Call of Duty WWII feels like a welcome return to this era. There’s something compelling about games set during any world war. Especially during WW2, presumably as it’s the closest to current times and technologies. Whilst not glamorising or trivialising those times, there has always been a large customer base for this genre of games.
I recall the original Medal of Honor games from EA back in early 2010. This ended up morphing into the Battlefield series, again, another AAA franchise. I enjoyed playing on all of them when based in the WW2-era. Crisp gameplay, detailed graphics and realistic sounds made all of them enjoyable games. Call of Duty WWII follows this route and doesnt dissappoint.
Call of Duty WWII makes a swift return from that space jumping future war disaster of a game they released previously and thank goodness they did.
What makes this feel like a true WWII reboot is the cinematic experience that has been implemented throughout the game. Snippets of well rendered cut-scenes with an unforgiving harsh reality help set each mission scene. You will know the mission purpose, the outline of action and get to bond with your squad members. Its a nice touch and the team have clearly spent a lot of time on the scenes and the story.
The story is based around the US joining the already raging world war and has the infamous D-Day landings to participate in. It was an exillerhating experience but also humbling to get a sense of what that day must have been like. The commotion, confusion and rounds and rounds of MG42 fire raining down on you from the get go.
The mechanics in Call of Duty WWII are as you would expect in this series. Simple enough actions to get behind cover, climb over obstacles, prone and crouch. Firing from cover was the icing on the cake as it’s usually left out from most AAA FPS games, but in this scenario, its essential. Its not totally accurate on console vs PC as I was taken out a few times when in cover after peeping, but generally it works well.
Common with all Call of Duty titles, the action takes place between some colourful characters from the US and UK intelligence agencies. Combined with the cinematic experience, it really feels like you are part of the story this time round.
A wide range of usable vehicles are provided in Call of Duty WWII. From Jeeps and tanks through to anti-aircraft and fighter planes to control throughout the storyline. I’d feel cheated in a game such as this to missout on any of these vehicles. It would have been better to fly in 3D-cockpit mode, but it was acceptable to have the external chase-cam version provided. The flight model and zoom feature during dog-fighting I found sluggish. Its laughable to bounce off other planes mid-flight too.
Hero on the way!
Call of Duty WWII introduces a new trait around heroic actions which is a great idea. Throughout the game, some of your lesser skilled AI comrades will find themselves injured or locked in a fight to the death. It requires someone with nuts of steel to storm the battlefield and drag them to safety. In the case of a death struggle, steady your aim and shoot the right person.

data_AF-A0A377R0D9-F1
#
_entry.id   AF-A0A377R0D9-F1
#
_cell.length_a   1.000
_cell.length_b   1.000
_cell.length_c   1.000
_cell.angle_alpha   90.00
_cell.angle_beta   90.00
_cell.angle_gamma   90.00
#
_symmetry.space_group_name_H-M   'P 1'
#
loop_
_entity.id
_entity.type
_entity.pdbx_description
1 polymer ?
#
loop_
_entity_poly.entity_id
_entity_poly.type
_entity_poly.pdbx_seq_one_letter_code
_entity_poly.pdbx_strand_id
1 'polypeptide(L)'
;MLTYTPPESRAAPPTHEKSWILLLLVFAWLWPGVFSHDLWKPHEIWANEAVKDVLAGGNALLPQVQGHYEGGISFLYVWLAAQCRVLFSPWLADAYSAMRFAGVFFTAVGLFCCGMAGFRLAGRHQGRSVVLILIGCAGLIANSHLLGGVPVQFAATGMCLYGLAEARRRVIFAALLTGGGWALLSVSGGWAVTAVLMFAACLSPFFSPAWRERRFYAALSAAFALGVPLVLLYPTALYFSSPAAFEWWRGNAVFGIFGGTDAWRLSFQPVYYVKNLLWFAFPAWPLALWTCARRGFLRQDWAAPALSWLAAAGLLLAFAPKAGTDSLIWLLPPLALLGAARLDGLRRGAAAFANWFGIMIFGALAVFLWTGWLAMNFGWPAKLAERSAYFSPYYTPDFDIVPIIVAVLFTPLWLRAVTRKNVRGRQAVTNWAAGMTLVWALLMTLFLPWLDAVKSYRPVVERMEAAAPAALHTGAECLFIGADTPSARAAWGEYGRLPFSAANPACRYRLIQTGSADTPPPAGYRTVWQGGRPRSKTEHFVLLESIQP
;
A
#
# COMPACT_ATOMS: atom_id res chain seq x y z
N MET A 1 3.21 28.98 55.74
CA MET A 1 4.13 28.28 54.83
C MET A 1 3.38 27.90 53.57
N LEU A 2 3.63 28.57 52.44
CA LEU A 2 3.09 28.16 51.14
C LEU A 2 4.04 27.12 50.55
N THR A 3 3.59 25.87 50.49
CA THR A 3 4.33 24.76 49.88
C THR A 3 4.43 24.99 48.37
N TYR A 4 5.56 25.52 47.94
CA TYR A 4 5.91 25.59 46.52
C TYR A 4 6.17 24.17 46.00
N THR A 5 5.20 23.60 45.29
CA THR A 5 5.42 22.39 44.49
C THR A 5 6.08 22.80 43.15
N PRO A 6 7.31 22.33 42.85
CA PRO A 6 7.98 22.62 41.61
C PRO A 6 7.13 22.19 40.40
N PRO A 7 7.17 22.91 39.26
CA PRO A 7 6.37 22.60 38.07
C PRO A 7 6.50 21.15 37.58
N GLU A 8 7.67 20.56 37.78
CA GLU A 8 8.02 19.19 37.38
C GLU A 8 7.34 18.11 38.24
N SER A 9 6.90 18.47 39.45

In storymode, that hero is you, although its also optional. I’ve played a few times to hear “Help me, I need a medic” and found the poor guy who needs rescuing. I’ve also played and heard the same, only to spend 10 minutes searching for the calls and just given up. Anyone not in a location half-way to being rescued, thats natural selection as far as I’m concerned. Likewise, I’ve probably shot the same number of people locked in physical fights that I should have saved, which isnt too bad if you think about a life and death ratio.
Teaming up with your buddy Zussman, there is such a bond that you can call for health packs to be thrown at you based on a scheduled timer. There’s no auto-health, so keeping your mate close is a must when playing on the harder difficulties.
Others in your squad can replenish you with specific items too for Ammo restocks, grenades or even artillery targetting smoke. You need to take extra care with that last one because any friendly fire will see you kicked back to the last checkpoint. Seargant Pierson is handy to spot enemy locations which then semi-highlight when in camera shot. Pierson is by far one of the most entertaining yet chilling characters in the game. A crazed, guilt-ridden man in power, he adds plenty of depth to the objectives.
Playing the game on PC versus PlayStation 5, it understandable the PC version still renders better even in 4k on a now ageing 1080Ti. The PS5 version lacks changeable visual options and has a grain mode applied throughout. It didnt detract from the game, but was clearly more apparent in slower, less-busy scenes.
The PS5 version does run a lot cooler than my PC version when outputting 4k, so it somewhat made up for its shortfall. Having played on both formats, its no surprise that I prefer it on PC as the graphics can be tweaked for a crisper output.
The sound quality on the PC version also carries more heavy notes from environmental effects, but more importantly in the gun department. This was my only main gripe on the PS version. The sounds on that platform were flat and lacked range. Clips firing out of your M1 have a satisfying ping, followed by the reassuring clicks and bolt slides of the reload. The PlayStation version sounds like you’re banging on pots with different sized wooden spoons.
A modern take on the WWII game genre which pulls off both the cinematic and gameplay elements almost perfectly. As a Call of Duty title, its true to the series, letting you play as multiple characters, drive every wartime vehicle and even fly the odd plane every now and again. Plays better on PC than console due to fuller, richer sounds and increased visual options. The fact I own it on multiple platforms and many replays later is testament to how much enjoyment can be had.